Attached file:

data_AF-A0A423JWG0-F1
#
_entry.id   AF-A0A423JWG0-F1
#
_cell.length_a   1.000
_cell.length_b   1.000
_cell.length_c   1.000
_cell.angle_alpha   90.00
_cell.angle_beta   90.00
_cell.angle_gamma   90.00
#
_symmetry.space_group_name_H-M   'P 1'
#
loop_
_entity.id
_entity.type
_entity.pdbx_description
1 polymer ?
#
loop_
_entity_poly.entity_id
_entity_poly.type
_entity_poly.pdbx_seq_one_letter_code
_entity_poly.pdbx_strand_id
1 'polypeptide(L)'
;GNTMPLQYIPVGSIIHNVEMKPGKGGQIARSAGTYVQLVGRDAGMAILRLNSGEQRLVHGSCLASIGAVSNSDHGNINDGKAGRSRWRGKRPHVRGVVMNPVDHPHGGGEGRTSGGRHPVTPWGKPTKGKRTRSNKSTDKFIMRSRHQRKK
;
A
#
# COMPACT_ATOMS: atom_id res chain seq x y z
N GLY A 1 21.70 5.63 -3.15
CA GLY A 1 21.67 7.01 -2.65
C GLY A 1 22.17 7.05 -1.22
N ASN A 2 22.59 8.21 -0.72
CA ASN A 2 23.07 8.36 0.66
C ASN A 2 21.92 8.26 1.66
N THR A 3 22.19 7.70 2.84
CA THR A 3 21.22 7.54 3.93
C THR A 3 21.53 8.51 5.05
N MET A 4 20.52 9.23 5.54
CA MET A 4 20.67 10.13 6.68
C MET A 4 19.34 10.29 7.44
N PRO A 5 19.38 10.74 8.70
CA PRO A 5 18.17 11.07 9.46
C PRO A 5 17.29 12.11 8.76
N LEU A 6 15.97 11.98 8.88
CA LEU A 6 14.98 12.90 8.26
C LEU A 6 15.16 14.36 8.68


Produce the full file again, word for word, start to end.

data_AF-A0A423JWG0-F1
#
_entry.id   AF-A0A423JWG0-F1
#
_cell.length_a   1.000
_cell.length_b   1.000
_cell.length_c   1.000
_cell.angle_alpha   90.00
_cell.angle_beta   90.00
_cell.angle_gamma   90.00
#
_symmetry.space_group_name_H-M   'P 1'
#
loop_
_entity.id
_entity.type
_entity.pdbx_description
1 polymer ?
#
loop_
_entity_poly.entity_id
_entity_poly.type
_entity_poly.pdbx_seq_one_letter_code
_entity_poly.pdbx_strand_id
1 'polypeptide(L)'
;GNTMPLQYIPVGSIIHNVEMKPGKGGQIARSAGTYVQLVGRDAGMAILRLNSGEQRLVHGSCLASIGAVSNSDHGNINDGKAGRSRWRGKRPHVRGVVMNPVDHPHGGGEGRTSGGRHPVTPWGKPTKGKRTRSNKSTDKFIMRSRHQRKK
;
A
#
# COMPACT_ATOMS: atom_id res chain seq x y z
N GLY A 1 21.70 5.63 -3.15
CA GLY A 1 21.67 7.01 -2.65
C GLY A 1 22.17 7.05 -1.22
N ASN A 2 22.59 8.21 -0.72
CA ASN A 2 23.07 8.36 0.66
C ASN A 2 21.92 8.26 1.66
N THR A 3 22.19 7.70 2.84
CA THR A 3 21.22 7.54 3.93
C THR A 3 21.53 8.51 5.05
N MET A 4 20.52 9.23 5.54
CA MET A 4 20.67 10.13 6.68
C MET A 4 19.34 10.29 7.44
N PRO A 5 19.38 10.74 8.70
CA PRO A 5 18.17 11.07 9.46
C PRO A 5 17.29 12.11 8.76
N LEU A 6 15.97 11.98 8.88
CA LEU A 6 14.98 12.90 8.26
C LEU A 6 15.16 14.36 8.68